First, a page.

The liquid solution 16 is composed of 40% tartaric acid and 30% hydrogen peroxide mixed by volume in the ratio of 3:1.
Liquid 16, which replaces the metal electrode in the conventional Schottky-barrier measurement, is of sufficient conductivity to allow measurement to all but the highest frequencies. For carrier profiling of InP, frequency of 1 kHz was found to be satisfactory. Prior to applying the liquid 16 to the diode area 18, the InP surface should be prepared by a short time (>30 sec.) etch in dilute HF followed by a wash in DeContam (Electronics Space Products, Inc.) and a final water rinse to enhance wetting and prevent drift. It has been observed that solution 16 does slowly etch the InP to maintain the sample surface relatively oxide-free. The observed etch rate of ≈500 A/hour was found to be sufficiently slow, not to appreciably alter the sample during the measurement period, which typically is not more than fifteen minutes.
As shown in FIG. 2, the forward (IF) and reverse (IR) I/V characteristics of the barrier described above formed on an epitaxial layer of electron concentration ≈1017 Cm-3 and a diode area≈3. mm2 are significant. For example, with a bias voltage of 10 volts, a reverse current of only 10-4 amp/Cm2 was observed.
FIG. 3 shows the C/V characteristics for the diode area of the same sample. As can be seen from the graph, there is essentially no hysteresis present.
FIG. 4 is a Schottky plot of data taken on a bulk InP sample to show the large barrier height of 0.78 ev obtained, using the liquid barrier 16.
FIG. 5 shows the doping profile using the same data as in FIG. 4, processed in the profiling circuitry 20. The broken line originating from the ordinate is the doping density obtained from a Hall measurement and shows close agreement between the Hall method and the method described above.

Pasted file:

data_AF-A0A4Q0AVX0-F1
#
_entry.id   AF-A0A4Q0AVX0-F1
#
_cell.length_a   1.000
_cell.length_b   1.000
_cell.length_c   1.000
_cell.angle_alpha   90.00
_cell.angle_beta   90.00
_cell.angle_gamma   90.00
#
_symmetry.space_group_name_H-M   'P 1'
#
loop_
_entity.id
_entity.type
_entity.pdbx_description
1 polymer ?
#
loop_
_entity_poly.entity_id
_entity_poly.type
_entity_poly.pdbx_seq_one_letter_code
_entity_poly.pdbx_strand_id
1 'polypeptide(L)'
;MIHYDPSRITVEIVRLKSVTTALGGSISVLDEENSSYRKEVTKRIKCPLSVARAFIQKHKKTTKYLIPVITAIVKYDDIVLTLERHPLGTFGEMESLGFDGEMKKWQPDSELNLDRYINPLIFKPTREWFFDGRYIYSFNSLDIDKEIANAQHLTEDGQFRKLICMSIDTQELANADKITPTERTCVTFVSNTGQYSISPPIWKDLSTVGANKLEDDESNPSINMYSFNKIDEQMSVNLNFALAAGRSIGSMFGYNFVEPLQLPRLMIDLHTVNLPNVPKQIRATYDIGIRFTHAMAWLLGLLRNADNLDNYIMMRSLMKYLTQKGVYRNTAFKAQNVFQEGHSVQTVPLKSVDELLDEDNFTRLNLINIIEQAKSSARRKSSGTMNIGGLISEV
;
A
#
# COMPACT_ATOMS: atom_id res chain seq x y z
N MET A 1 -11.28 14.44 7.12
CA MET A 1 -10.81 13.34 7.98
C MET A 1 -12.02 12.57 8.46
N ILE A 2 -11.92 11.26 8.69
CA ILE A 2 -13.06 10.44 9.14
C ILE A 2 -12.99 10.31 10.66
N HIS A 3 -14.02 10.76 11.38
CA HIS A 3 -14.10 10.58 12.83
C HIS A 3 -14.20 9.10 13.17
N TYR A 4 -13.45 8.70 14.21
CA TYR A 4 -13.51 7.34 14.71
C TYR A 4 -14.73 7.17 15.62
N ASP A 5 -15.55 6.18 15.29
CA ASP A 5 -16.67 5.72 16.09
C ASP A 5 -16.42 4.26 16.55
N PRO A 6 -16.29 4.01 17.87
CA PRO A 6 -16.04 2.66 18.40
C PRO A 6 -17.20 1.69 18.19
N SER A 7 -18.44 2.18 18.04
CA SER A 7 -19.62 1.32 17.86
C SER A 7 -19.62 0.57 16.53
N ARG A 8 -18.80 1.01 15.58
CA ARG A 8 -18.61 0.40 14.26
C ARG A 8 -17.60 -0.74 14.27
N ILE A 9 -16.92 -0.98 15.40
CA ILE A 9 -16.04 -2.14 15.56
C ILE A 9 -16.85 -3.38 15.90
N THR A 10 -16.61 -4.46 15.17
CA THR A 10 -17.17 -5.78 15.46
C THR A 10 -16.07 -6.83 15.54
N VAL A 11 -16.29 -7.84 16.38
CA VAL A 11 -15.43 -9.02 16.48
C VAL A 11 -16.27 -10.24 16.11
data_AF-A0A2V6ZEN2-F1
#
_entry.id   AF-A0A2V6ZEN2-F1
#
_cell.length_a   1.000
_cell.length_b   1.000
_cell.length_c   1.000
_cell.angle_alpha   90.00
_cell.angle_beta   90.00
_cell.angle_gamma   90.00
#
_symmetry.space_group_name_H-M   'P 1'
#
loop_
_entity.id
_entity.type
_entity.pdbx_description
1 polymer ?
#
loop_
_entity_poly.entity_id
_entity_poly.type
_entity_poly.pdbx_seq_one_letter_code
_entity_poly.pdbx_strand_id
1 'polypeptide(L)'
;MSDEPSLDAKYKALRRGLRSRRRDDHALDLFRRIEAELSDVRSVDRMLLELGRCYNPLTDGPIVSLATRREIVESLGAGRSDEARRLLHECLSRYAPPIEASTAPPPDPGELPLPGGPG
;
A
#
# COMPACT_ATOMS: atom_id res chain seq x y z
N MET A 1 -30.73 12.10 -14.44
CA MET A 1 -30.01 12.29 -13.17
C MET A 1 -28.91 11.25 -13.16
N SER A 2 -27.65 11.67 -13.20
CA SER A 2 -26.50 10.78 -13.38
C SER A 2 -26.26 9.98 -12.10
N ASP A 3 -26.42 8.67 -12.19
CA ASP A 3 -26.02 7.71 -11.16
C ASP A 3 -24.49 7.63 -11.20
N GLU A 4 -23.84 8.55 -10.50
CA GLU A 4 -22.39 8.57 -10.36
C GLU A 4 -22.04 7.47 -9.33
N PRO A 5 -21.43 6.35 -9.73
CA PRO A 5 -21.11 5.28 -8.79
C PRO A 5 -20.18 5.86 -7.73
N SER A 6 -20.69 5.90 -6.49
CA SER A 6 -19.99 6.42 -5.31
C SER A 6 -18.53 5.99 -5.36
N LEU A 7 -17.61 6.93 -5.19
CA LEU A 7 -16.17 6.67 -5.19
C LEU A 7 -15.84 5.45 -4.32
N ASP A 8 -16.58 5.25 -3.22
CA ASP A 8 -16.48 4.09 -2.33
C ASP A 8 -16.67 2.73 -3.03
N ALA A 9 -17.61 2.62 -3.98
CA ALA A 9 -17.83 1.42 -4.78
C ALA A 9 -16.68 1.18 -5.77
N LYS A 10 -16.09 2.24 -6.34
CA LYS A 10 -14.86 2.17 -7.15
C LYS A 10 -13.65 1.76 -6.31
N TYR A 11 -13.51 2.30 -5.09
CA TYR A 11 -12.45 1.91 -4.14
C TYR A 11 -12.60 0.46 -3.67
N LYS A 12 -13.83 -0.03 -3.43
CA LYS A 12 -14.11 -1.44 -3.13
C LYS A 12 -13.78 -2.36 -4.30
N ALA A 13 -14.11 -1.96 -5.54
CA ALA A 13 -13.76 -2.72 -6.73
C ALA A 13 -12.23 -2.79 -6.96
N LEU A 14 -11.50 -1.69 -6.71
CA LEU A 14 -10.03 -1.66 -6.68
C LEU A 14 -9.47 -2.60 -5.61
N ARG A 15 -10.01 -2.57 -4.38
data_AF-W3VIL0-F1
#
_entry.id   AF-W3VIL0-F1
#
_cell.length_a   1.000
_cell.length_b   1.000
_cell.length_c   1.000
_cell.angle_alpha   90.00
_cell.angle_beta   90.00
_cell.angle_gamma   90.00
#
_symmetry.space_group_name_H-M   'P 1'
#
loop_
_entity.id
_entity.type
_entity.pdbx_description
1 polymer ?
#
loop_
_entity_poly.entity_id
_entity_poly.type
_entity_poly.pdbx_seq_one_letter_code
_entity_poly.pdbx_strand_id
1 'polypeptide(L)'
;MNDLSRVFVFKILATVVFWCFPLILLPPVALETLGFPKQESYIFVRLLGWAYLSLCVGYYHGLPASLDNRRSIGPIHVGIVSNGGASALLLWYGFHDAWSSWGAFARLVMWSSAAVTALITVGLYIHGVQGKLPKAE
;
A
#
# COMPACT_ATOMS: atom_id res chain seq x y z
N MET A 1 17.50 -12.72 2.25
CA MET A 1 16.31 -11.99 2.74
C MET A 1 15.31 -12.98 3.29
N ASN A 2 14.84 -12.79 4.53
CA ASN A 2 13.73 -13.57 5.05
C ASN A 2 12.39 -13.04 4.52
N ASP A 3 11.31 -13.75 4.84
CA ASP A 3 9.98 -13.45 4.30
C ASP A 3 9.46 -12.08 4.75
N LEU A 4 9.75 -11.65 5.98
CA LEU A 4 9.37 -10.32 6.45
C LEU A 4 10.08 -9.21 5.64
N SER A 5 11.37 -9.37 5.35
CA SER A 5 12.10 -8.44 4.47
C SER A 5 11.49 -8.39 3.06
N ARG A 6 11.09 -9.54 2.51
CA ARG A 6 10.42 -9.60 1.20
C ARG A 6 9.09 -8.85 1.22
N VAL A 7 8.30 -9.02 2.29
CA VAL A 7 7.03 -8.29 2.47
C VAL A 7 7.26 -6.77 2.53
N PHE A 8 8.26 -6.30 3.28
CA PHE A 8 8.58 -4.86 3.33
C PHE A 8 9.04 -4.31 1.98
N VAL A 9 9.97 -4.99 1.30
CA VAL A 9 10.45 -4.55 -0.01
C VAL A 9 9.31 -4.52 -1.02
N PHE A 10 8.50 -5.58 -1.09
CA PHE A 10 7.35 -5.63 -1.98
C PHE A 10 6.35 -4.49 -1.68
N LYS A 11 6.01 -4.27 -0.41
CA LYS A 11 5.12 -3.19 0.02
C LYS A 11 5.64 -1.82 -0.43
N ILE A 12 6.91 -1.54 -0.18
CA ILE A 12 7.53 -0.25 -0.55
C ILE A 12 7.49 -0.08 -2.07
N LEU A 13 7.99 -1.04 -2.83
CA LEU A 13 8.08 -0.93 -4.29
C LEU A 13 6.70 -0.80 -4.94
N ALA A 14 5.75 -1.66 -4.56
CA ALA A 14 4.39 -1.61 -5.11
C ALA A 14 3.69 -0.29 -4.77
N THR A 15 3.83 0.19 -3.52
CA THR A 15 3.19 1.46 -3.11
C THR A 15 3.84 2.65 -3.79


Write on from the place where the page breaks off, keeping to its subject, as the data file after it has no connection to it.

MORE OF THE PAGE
The data used in plotting the graphs of FIGS. 2 and 3 were obtained on an epitaxial InP sample, while the graphs of FIGS. 4 and 5 were obtained on a bulk InP sample. The method then is equally applicable to both epitaxial and bulk InP.
Obviously, many other modifications and variations of the present invention are possible in the light of the above teachings. It is therefore to be understood that within the scope of the appended claims the invention may be practiced otherwise than as specifically described.
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|1||Miller, "A Feedback Method for Investigating Carrier Distributions in Semnductors," IEEE Transactions on Electron Devices, vol. ED-19, No. 10, Oct. 1972.|
|2||*||Miller, "A Feedback Method for Investigating Carrier Distributions in Semnductors," IEEE Transactions on Electron Devices, vol. ED-19, No. 10, Oct. 1972.|
|Citing Patent||Filing date||Publication date||Applicant||Title|
|US5081421 *||May 1, 1990||Jan 14, 1992||At&T Bell Laboratories||In situ monitoring technique and apparatus for chemical/mechanical planarization endpoint detection|
|US5200693 *||Feb 26, 1991||Apr 6, 1993||Cornell Research Foundation, Inc.||Method for determining characteristics of pn semiconductor structures|
|U.S. Classification||430/314, 204/DIG.6, 148/33.3, 257/E29.149, 438/572, 438/17, 257/734, 257/E29.089, 324/762.01, 324/754.04|
|International Classification||G01R31/26, H01L29/20, H01L29/47|
|Cooperative Classification||Y10S204/06, H01L29/20, G01R31/2632, H01L29/475|
|European Classification||G01R31/26C6, H01L29/47B, H01L29/20|